Come, walk with me.
It is midnight and Folkestone’s leas are the starting point for one of my favorite night walks. We can walk till the very edge of the cliffs of Dover with its white limestone sheer cliffs rising straight out of the sea.
I’ll even walk on the side closest to the edge and you can walk on the other side if it will make you feel safer.
Isn’t it lovely?
Who knew I would end up in Folkestone, walking along the leas and you walking alongside next to me?
But there is a reason why I asked you to join me here. I was a vegan most of my time here in Folkestone.
That is correct, a vegan.
Watch your step. If you stumble and trip I might go over the edge cartwheeling in the air with my clothes flapping in the wind down into the sea.
But if you want to see better the cliffs come closer. Stand where I am standing and let your eyes adjust to the darkness. There, do you see the cliffs curving out into the channel? They are about ten miles away.
Come, come, let us keep walking.
I am sorry I have to raise my voice against the wind. I am not used to talking louder than in a whisper. I have even brought two umbrellas in case it rains. Once I was caught in the rains midway and caught a nasty cold from the rain and the wind.
Don’t worry, you don’t have to walk behind me. Oh yes, I noticed. We are out of earshot of everyone, but even otherwise I am quite harmless. See, just to prove it, let me stand on the very edge of this walkway with my back to you.
Go ahead. Nudge me. A centimeter forward and my center of gravity will pull me over the edge. I won’t even turn back.
This is the section of the walk that I love the most.
The monotony of the wind blowing over the bluffs. It is noisy but the noise is not layered. There is just the elemental sound of the wind. There are not even trees or birds or humans. Somehow this stretch always lulls me into serenity.
I love to think that many Kentish merchants have stood here, eye affixed to telescopes, watching for their colonial ships laden with spices and fortunes. It gives a timelessness to the walk, doesn’t it? To the geography.
If you weren’t here, I would have squatted down, hugged my knees close, rested my chin on the knees and huddled here for some time, watching the moon travel the clouds.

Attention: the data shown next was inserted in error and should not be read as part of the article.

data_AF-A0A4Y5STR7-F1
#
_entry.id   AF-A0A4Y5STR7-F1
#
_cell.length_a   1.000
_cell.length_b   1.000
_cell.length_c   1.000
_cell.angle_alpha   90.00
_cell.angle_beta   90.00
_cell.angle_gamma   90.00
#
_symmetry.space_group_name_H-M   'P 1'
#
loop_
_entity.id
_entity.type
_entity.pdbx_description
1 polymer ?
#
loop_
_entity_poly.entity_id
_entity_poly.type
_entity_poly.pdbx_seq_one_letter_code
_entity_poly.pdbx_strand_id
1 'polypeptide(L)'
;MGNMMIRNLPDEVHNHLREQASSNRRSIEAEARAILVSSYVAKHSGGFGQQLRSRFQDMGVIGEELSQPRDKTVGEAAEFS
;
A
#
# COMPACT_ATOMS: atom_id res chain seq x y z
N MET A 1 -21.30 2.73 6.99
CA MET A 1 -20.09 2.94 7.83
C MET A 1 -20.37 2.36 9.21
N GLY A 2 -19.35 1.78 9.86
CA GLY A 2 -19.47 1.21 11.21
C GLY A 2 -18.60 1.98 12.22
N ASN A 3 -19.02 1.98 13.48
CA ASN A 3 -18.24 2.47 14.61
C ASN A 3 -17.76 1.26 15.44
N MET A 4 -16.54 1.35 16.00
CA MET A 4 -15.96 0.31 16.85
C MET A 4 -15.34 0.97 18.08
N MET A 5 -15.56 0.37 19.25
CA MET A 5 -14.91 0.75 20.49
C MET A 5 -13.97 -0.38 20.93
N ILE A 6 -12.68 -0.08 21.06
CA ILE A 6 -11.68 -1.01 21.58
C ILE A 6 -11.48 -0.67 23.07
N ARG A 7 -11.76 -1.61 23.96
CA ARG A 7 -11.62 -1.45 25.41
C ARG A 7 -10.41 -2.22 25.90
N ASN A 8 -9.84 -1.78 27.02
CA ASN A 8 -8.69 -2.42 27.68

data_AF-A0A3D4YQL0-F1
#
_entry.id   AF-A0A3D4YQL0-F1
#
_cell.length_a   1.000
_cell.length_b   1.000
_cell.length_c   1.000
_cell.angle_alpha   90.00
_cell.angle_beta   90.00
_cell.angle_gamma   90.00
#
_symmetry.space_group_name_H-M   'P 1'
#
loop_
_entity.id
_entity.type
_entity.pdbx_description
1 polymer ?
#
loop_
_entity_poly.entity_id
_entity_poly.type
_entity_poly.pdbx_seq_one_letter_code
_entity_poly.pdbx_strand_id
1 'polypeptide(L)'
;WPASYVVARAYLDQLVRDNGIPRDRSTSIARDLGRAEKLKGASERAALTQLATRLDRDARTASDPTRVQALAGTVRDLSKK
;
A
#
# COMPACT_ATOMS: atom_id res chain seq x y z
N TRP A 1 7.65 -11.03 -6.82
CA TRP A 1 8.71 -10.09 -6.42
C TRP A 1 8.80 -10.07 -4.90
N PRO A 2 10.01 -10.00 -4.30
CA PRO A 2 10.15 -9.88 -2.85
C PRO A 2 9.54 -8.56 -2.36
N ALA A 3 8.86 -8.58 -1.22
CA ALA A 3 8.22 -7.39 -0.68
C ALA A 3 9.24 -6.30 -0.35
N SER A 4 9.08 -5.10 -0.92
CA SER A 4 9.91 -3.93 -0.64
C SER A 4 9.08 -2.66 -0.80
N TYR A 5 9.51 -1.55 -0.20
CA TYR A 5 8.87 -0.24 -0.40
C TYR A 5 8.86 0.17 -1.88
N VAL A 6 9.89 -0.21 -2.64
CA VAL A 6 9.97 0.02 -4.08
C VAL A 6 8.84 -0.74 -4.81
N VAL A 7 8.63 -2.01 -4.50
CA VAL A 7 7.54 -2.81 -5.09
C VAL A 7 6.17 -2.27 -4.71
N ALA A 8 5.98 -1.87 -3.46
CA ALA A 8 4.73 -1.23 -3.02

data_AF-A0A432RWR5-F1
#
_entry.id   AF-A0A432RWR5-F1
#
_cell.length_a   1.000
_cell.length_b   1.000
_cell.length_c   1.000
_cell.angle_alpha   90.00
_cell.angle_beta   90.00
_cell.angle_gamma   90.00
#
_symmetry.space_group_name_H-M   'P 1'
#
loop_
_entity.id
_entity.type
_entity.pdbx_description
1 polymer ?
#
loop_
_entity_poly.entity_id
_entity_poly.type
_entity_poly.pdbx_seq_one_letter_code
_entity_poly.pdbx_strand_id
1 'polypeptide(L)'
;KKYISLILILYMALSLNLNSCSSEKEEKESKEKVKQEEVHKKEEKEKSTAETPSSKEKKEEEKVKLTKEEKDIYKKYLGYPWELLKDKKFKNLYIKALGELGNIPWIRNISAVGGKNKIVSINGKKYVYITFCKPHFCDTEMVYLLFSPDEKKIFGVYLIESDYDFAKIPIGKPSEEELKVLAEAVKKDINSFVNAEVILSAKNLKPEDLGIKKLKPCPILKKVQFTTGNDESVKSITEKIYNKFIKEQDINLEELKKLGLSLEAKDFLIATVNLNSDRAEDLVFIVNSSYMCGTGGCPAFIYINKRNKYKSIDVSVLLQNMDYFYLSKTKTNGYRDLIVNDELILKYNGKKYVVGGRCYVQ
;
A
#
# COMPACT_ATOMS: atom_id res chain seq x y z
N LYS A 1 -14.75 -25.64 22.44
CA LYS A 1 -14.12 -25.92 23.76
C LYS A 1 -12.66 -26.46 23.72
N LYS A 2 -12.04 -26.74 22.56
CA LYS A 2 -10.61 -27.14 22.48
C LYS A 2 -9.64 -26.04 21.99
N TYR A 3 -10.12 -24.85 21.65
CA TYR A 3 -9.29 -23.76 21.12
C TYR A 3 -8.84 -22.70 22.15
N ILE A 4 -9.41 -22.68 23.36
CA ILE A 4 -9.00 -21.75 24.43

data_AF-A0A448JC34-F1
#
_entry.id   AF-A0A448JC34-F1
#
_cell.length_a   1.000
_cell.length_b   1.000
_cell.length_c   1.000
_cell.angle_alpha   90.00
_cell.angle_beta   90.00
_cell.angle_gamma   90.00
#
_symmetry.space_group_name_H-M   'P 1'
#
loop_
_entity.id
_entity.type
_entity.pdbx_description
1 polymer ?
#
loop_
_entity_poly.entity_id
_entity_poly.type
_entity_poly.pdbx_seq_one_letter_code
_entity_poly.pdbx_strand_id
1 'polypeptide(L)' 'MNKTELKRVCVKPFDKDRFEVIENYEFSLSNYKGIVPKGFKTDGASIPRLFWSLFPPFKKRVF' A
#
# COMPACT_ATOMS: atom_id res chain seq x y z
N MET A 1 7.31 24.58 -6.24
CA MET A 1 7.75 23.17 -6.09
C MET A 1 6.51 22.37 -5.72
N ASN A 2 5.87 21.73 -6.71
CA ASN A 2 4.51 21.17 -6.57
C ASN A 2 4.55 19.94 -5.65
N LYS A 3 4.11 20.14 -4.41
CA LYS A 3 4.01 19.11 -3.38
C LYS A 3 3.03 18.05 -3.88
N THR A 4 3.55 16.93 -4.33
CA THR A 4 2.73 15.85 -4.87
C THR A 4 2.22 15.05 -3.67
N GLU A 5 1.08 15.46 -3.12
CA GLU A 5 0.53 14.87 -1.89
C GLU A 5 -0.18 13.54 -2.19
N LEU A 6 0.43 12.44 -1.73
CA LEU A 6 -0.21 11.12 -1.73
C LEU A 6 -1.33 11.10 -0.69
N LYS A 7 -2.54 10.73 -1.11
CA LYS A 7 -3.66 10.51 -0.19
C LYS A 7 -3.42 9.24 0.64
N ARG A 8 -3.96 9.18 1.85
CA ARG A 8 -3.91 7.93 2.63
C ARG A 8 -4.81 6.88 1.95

The Vegetarian. Right, right.
Probably why Yeong-Hye failed in her pursuit of vegetarianism was her insistence that everyone accept her change in identity? Did she fail to fully appreciate the extent of externalities that connect a human to their existence? Even when she wanted to escape once, she wanted to bring along her sister, a tether that would only weigh her down.
Yeong-Hye was no Siddhartha I think.
Standing here on the exposed cliffs at night you can yourself see we are bound to no one. But standing here in the middle of the day with your friends, families, and a throng of humanity, you will realize the fibers of connection.
Sometimes one has to trick existence in laughable manners.
Night walks rejuvenate me. They do not hold a destination nor a speed nor a vector.
They are micro journeys that exist and end without reason.
My Vegan journey was one such digression in life. But unlike Yeong-Hye I had cut loose and embarked on the journey far away. It was a new identity in a new place. Poor Yeong-Hye, she wreaked havoc on everyone with her rebellion. The more she undid herself, the harder those around her tried to stick the fallen pieces back onto her. It was as if they were losing their minds with Yeong-Hye.
She was defiantly holding a mirror to those around her. The mirror reflecting nothing but savagery and panic.
The Vegetarian might not have been the best of my reads, but it ended up being read, and it has affected me in whatever critical or trivial manner.
We are some way into the walk and I generally do not speak much.
My apologies. We can walk till the end in silence.
It should take us a couple of hours till we reach the end and by the time we return it will be day break and the thieving gulls will be out.
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